• Some of these apps even customize the codes and build branding around a company’s or product.

Verification of QR Codes

  • QR codes can be scanned with a simple smartphone or a tablet.

Scanning a QR code

Figure 2 Image Source - https://www.qryptal.com/img/industries/scanning-the-code.png

One code has many uses

QR codes bridge the manual interface with a digital interface – the phygital scenarios.

  • Marketers use QR codes to disseminate information regarding products or services.

  • Manufacturers use them to help customers scan the ingredients/contents.

  • QR codes provide information about the entire manufacturing cycle and the processing steps.

  • Sellers use them to build authenticity.

  • Manufacturers use them to have product or value chain traceability.

  • QR codes help to explain the product better and provide supporting information and documentation.

  • QR Coding also brings in efficient ESG (environmental, social, and governance) requirements.

  • Scale-up out-of-store channels as people can scan and pay in stores with easy and faster accounts reconciliation.

  • It complements traditional advertising by helping in communicating additional and supporting information.

  • The hospitality and tourism sector, including Forex dealers, tour operators, Airports, and large hotel chains, use QR codes to make their businesses contactless with scan-and-check-in options.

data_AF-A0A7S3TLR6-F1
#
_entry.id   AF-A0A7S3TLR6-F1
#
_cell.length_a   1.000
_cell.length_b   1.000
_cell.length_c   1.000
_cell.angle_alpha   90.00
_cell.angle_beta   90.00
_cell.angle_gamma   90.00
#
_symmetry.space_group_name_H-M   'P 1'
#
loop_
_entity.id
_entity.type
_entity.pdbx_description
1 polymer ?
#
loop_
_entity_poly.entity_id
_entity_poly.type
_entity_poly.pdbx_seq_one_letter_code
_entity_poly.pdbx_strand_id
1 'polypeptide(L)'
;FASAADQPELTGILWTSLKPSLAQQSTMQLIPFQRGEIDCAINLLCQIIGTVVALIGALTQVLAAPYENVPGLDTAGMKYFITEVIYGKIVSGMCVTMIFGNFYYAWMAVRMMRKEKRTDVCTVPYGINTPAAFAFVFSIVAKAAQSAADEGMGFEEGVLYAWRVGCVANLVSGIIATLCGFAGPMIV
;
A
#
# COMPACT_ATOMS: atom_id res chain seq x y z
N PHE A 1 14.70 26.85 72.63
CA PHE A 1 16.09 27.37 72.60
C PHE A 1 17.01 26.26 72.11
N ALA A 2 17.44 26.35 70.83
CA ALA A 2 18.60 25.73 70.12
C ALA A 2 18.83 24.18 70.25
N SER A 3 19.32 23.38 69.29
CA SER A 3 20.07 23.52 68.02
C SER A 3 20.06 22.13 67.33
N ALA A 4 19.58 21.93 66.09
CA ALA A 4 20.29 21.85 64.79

• QR code has revolutionized the travel industry and stopped people clustering around counters and waiting areas.

  • The Healthcare sector uses QR codes to filter visitors based on their service requirements. Hospitals use them to book doctor appointments, patient registrations, order medicines, and make payments.

COVID Certificates and test reports

In recent times, possibly most significant use and validation came from using QR codes on COVID-19 test reports and vaccination certificates for authentication purposes. Upon scanning the code, if the vaccination certificate is genuine, the screen will display a message saying, ‘Certificate successfully verified.’ If it is fake, the message box will flash ‘Certificate invalid.’ The QR code can be scanned and verified by airport/immigration authorities.


The popularity of QR codes soared across the world after payment companies (and other fintech players) in Asia started using it as an instant payment system.

Not surprisingly, QR code-based payments non-profit organizations and charitable trusts saw the scan-and-pay donations contribute almost 25% of total contributions during the COVID times for some organizations like GiveIndia.

B2C and peer to peer payments gathered deeper roots in India, China, and elsewhere where people were apprehensive or found it cumbersome to deal in cash and carry currency notes. India alone sees over 10,000,000 merchants have QR codes to accept payments.

But then a word of caution -

With such widespread use, the issuers of QR codes own a big responsibility to have secure and tamper proof QR codes. Unfortunately, there are enough and more scamsters who use this rapid growth in QR adoption to dupe customers with fake QR codes. Hence, it is paramount that a secure QR code is generated at the source.

In our next post - QR Codes in 2022 – How to create a Secure QR Code? – we will discuss the steps you can take in a few use cases and how to make the code secure and non-tamperable.